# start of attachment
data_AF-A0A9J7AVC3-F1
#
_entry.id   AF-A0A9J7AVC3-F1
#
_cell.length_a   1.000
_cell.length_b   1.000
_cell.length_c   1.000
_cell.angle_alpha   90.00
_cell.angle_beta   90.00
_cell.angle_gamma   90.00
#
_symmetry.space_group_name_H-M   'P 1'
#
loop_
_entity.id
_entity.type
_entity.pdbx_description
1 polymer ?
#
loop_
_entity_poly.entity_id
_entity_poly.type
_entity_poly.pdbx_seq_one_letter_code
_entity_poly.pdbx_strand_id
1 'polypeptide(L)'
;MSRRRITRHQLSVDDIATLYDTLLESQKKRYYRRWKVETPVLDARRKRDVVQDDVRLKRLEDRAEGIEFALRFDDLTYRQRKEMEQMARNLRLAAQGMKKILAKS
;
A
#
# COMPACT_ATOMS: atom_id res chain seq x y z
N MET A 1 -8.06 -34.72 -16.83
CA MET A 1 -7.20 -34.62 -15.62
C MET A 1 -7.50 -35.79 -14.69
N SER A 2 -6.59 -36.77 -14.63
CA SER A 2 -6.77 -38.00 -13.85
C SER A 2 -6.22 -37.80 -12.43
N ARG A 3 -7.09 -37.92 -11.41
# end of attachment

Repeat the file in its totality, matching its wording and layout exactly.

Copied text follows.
data_AF-A0A9J7AVC3-F1
#
_entry.id   AF-A0A9J7AVC3-F1
#
_cell.length_a   1.000
_cell.length_b   1.000
_cell.length_c   1.000
_cell.angle_alpha   90.00
_cell.angle_beta   90.00
_cell.angle_gamma   90.00
#
_symmetry.space_group_name_H-M   'P 1'
#
loop_
_entity.id
_entity.type
_entity.pdbx_description
1 polymer ?
#
loop_
_entity_poly.entity_id
_entity_poly.type
_entity_poly.pdbx_seq_one_letter_code
_entity_poly.pdbx_strand_id
1 'polypeptide(L)'
;MSRRRITRHQLSVDDIATLYDTLLESQKKRYYRRWKVETPVLDARRKRDVVQDDVRLKRLEDRAEGIEFALRFDDLTYRQRKEMEQMARNLRLAAQGMKKILAKS
;
A
#
# COMPACT_ATOMS: atom_id res chain seq x y z
N MET A 1 -8.06 -34.72 -16.83
CA MET A 1 -7.20 -34.62 -15.62
C MET A 1 -7.50 -35.79 -14.69
N SER A 2 -6.59 -36.77 -14.63
CA SER A 2 -6.77 -38.00 -13.85
C SER A 2 -6.22 -37.80 -12.43
N ARG A 3 -7.09 -37.92 -11.41